According to data from Serbian Energy Regulatory Agency AERS, in 2019 state-owned power utility EPS collected only 59 million euros from RES incentives, while it paid out 106.7 million euros. In addition, new wind farms started work in 2019 and 2020, so it is clear that the costs of the scheme are increasing and the income from consumers has not kept up.
In its report, CEE Bankwatch Network noted that Serbian Ministry of Mining and Energy has recently held a public consultation on the main points of its planned new Law on Renewable Energy. Among other things, this law aims to bring Serbia’s renewables incentives scheme into line with the EU’s Energy and Environment State Aid Guidelines. The EBRD has already been assisting Serbia to move away from feed-in tariffs towards auctions for wind and solar incentives, but in order to become a reality, the country needs to change its legislation. Moving away from feed-in tariffs is a much needed move from both the environmental and financial point of view, as Serbia’s existing support scheme is becoming increasingly expensive. The Ministry recently announced a five-fold increase in the fee paid by consumers to incentivize renewable energy in Serbia.
Bill increases are highly controversial in a context where people are struggling to meet daily costs, but particularly because part of the money is used to incentivize small hydropower plants (SHPP) which have caused widespread protests across Serbia. Despite the fact that there were more than 100 SHPPs operating in Serbia in 2019, according to AERS, they only generated around 0.7 % of the country’s electricity. Their construction destroys swathes of forests for access roads, increasing erosion, and their operation causes countless mountain streams to run dry.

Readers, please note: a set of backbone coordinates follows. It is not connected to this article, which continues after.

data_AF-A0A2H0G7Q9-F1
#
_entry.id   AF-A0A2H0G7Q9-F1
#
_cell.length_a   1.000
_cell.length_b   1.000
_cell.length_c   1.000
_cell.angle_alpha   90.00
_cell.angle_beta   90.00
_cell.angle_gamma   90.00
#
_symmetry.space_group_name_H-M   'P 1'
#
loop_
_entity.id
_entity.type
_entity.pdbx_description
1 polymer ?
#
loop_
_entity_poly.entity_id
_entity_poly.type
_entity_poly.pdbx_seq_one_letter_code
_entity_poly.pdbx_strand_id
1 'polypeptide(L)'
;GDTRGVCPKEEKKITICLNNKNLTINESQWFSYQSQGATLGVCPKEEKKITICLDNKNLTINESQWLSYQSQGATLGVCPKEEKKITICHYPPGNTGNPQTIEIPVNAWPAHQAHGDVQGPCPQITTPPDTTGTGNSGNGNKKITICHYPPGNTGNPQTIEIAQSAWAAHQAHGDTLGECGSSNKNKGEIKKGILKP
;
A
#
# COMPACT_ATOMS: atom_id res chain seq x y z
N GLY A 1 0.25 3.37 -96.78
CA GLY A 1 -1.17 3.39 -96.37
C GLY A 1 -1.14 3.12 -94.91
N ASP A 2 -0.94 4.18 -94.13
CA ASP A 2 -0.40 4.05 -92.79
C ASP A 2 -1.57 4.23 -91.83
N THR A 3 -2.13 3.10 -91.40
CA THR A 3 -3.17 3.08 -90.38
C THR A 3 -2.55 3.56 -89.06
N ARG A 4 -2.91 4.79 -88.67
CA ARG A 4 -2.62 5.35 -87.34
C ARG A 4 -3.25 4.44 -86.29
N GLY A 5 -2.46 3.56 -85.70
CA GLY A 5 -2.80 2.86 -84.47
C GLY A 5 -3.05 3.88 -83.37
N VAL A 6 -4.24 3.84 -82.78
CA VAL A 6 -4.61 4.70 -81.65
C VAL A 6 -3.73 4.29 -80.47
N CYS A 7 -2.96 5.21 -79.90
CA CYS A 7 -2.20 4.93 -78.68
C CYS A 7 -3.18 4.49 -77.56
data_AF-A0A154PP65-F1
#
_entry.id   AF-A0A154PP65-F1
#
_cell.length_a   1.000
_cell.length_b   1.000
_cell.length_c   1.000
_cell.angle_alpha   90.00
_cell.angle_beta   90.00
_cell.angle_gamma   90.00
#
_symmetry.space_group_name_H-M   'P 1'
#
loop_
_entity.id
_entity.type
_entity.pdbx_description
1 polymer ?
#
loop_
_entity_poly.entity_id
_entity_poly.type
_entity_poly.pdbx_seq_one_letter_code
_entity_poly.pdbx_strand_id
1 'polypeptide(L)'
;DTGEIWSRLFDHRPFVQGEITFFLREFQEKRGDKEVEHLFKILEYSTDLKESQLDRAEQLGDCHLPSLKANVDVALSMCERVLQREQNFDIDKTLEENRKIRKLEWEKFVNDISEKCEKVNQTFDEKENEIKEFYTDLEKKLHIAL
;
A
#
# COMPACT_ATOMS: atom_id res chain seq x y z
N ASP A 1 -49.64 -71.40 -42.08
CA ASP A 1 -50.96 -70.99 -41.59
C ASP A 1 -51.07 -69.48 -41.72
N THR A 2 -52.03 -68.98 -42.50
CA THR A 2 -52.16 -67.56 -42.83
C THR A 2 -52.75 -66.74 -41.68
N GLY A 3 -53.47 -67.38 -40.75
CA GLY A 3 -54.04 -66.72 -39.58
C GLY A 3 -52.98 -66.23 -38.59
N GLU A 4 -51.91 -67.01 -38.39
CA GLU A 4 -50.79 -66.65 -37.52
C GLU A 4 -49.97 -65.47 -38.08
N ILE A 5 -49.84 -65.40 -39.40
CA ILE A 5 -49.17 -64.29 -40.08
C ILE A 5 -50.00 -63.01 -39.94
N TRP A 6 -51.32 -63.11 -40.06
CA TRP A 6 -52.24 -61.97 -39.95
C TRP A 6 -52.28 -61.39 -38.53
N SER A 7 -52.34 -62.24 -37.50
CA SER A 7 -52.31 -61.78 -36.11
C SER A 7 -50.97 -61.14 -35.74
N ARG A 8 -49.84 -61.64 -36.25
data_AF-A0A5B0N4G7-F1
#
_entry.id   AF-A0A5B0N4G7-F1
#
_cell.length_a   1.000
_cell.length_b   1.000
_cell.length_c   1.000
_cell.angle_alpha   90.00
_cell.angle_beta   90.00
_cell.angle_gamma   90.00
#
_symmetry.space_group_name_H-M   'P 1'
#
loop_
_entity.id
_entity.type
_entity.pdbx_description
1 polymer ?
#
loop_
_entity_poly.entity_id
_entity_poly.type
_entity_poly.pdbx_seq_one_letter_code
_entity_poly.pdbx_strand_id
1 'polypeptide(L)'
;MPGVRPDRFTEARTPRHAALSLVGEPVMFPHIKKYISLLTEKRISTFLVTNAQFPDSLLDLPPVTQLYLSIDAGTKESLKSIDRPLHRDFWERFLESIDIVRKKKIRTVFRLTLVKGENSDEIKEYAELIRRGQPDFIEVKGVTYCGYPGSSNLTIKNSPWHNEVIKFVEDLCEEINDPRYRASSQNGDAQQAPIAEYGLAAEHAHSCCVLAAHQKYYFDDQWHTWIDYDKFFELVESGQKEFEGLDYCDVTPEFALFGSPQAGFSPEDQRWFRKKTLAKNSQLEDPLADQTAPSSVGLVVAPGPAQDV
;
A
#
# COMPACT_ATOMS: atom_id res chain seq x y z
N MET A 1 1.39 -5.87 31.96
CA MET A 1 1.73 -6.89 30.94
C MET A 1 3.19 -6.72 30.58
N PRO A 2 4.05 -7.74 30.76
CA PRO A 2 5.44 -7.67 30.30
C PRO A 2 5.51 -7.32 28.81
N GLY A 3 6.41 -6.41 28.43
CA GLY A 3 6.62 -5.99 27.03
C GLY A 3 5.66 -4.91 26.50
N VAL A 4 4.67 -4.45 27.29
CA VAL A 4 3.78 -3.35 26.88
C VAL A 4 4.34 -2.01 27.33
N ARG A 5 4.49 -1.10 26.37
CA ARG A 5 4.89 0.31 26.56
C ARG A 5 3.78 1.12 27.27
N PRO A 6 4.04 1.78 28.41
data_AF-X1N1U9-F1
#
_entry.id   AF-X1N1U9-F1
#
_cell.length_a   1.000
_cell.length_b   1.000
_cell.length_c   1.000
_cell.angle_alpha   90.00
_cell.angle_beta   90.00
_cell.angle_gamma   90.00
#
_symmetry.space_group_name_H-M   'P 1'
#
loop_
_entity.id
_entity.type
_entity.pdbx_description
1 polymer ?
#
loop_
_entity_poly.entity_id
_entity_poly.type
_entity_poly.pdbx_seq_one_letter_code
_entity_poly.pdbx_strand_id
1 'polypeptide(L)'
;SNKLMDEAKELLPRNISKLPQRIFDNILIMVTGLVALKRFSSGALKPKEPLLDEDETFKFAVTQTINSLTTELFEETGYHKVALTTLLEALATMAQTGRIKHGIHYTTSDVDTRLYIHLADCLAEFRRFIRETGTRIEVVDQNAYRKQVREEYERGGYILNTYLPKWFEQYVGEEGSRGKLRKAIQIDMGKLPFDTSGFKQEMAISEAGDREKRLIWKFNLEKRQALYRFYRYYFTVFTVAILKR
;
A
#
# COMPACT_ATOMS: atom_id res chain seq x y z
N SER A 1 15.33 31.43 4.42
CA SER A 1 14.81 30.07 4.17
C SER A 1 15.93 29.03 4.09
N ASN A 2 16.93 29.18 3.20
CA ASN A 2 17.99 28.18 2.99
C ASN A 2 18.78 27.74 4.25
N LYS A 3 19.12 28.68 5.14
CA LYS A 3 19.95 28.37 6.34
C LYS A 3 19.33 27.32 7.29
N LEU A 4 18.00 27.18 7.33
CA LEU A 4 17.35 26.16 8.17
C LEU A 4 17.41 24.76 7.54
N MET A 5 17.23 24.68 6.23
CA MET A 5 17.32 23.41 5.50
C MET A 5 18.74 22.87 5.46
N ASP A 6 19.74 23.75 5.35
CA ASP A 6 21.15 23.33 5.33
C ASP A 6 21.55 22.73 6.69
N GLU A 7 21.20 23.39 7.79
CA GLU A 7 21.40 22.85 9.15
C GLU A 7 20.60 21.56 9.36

In fact, Serbia’s current Law on Energy is also the only in the Western Balkan region which allows feed-in tariffs for hydropower plants up to 30 MW. In reality, no plants over 10 MW have been built while the Law has been in force, and most of the controversy has been aimed at small plants. However, larger plants are also controversial, and subsidizing these would bring even higher consumer costs and more protests.
Under the EU Energy and Environment State Aid Guidelines, feed-in tariffs would still be allowed for hydropower under 500 kW or lower. Given the controversy about small hydropower plants, including those under 500 kW, one option would be to decrease this threshold to below 100 kW. However, given their minimal contribution to energy generation capacity, and the negative experience so far with enforcing environmental legislation at such dispersed plants, Bankwatch advocates for a halt to hydropower incentives altogether.
These controversial uses of consumers’ money threaten to undermine public support for energy transition as a whole and make it imperative that Serbia, like any other country, brings its renewables support costs down to a minimum and only supports those technologies which can significantly contribute to energy generation and which are the most environmentally acceptable, Bankwatch concludes.